Ping Tom Memorial Park | site design group

Image Credit | Scott Shigley

Ping Tom Memorial Park is a shining example of the transformation of vacant open space into a well-loved community amenity. Completed over 20 years and more than five phases, the 19-acre public open space located in Chicago’s bustling Chinatown neighborhood has become a cultural destination for the city. Featuring a traditional-inspired Chinese pavilion, a boathouse with dock, recreation, a naturalized shoreline with boardwalk, multi-use trails, and a variety of small and large community gathering spaces, this riverfront park continues to contribute to a healthy and active community.

The history of this dynamic public space stems back to the late 1960’s when the new Interstate 90/94 spur cut through Chinatown’s only public green space, Hardin Square Park. Designed by the Olmsted Brothers and completed in 1913, the park had myriad recreational amenities. When the park was demolished, the community struggled without open space for nearly 40 years. In a visionary plan pioneered by the late Ping Tom, Chinatown’s most noted civic leader, Ping Tom Memorial Park became the focal point of a 60-acre mixed-use development on a former railroad yard.

Situated along the Chicago River in the South Side of Chicago, the initial 7-acre brownfield site was acquired in 1991, and subsequently transformed into a cherished and much needed open space for the community. The creation of the park helped surge the surrounding residential development and activated Chinatown Square –  the nearby two-level retail development with restaurants, salons, and offices, helping to transform Chinatown into the distinctive and energetic hub that it is today.

Inspired by the tenets of traditional Chinese garden design, the path from the Four Dragon Gateway at the entrance of the park to the riverfront Pavilion is indirect and framed by landscape terraces, ornamental garden beds, and seating areas, which frame views of carefully composed scenes through the park, unrolling like a scroll of landscape paintings. North of the entrance, the universally accessible playground was the first in Chicago to use resilient rubber surfacing. Material choices throughout Phase 1 reinforce the juxtaposition of Chinese and American cultures – exemplified through the combination of holey limestone boulders (representing traditional Taihu – or scholar’s stones) and locally-sourced granite boulders that blend East and West. Plants are reminiscent of important Chinese species, but are adapted to the climate of Chicago.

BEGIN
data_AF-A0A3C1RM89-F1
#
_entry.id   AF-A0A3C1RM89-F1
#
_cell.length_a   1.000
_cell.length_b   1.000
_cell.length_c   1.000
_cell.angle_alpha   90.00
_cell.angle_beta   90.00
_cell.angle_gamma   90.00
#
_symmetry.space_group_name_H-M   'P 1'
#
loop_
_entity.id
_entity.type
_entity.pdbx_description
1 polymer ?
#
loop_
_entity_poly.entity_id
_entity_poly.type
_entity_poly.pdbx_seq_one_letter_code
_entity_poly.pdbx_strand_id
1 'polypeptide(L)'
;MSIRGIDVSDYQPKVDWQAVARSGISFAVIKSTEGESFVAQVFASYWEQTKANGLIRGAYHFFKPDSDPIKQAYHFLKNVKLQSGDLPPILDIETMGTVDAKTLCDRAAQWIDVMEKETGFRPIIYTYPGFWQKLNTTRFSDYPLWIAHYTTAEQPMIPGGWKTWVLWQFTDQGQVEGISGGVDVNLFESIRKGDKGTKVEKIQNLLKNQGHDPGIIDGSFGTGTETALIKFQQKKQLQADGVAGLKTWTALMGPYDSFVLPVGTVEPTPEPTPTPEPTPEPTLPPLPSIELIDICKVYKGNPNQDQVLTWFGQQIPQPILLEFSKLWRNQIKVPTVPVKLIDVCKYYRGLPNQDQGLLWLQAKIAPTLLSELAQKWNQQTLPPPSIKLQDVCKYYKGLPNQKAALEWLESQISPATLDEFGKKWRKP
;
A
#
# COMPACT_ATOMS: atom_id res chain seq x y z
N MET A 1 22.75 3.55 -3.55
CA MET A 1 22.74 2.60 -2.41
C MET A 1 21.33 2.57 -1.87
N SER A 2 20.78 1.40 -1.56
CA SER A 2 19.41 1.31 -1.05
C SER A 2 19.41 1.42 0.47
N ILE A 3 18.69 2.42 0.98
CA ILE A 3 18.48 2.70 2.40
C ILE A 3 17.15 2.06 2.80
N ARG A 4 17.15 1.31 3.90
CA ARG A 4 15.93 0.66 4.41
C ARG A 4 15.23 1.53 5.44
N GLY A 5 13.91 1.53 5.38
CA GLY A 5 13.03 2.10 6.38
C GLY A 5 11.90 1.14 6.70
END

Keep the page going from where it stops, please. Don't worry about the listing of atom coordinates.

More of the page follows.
The community’s enthusiasm for Phase 1 and the subsequent use and care for the park served to catalyze the development of a multi-phased 12-acre expansion to the north and northeast, where traditional Chinese imagery and a dedication to sustainable design is continued throughout the architecture and detailing of the North Shoreline expansion (2011), the Boathouse (2013), and the Fieldhouse (2013).

The Boathouse is the focal point as one enters the “North Shoreline,” with its bright red trellis, ethereal native grasses, and flurry of activity as visitors rent kayaks and canoes. The design is simple and linear, reminiscent of the Pavilion, but modernized, with a palette of ornamental grasses and varied paving of cobblestone, limestone, pavers, and landscape boulders used to create distinctive rooms.

Beyond, a 300-linear foot iconic red railing lines a boardwalk that guides visitors along the naturalized river edge, comprised of native emergent species which helps cleanse the water of the Chicago River and create habitat for aquatic species. Eventually this boardwalk will continuously connect to the Chicago Riverwalk and the Loop. The park is home to one of the only naturalized shorelines along the south branch of the Chicago River – a priceless amenity and an important component of the city’s push to clean up the industrial waterway, refocusing development on utilizing the river as a recreational resource. Rolling hills are adorned with native prairie plants and authentic Taihu stones, and are navigated through a series of pedestrian trails, popular with walkers, runners, and bikers.

Located east of the North Shoreline, across the railroad tracks, the LEED Platinum Leonard Louie Fieldhouse features multiple year-round recreation opportunities, including a pool, gymnasium, and fitness center, with an accessible green roof terrace that boasts expansive skyline views.

In 2018 and 2019, the park advisory council and the community commissioned three underbridge murals that connect Phase 1 to the North Shoreline and add vibrancy to an otherwise ordinary experience.

Through the continued expansion and evolution of Ping Tom Memorial Park, this dynamic open space continues to serve as a symbolic cultural destination for Chicagoans, and a vibrant anchor to the Chinatown community. While implementing design practices that are representative of Chinese culture, the context and supporting features of the park are decidedly Chicago, and strongly rooted in sustainable design.

Ping Tom Memorial Park

Location: Chicago, Illinois, USA

Design Firm: site design group, ltd

Text Credit: site design group, ltd. (site)

Images: site design group, ltd – Tom Rossiter, Scott Shigley, Andrew Bruah

About Damian Holmes 3308 Articles
Damian Holmes is the Founder and Editor of World Landscape Architecture (WLA). He is a registered landscape architect (AILA) working in international design practice in Australia. Damian founded WLA in 2007 to provide a website for landscape architects written by landscape architects. Connect on Linkedin at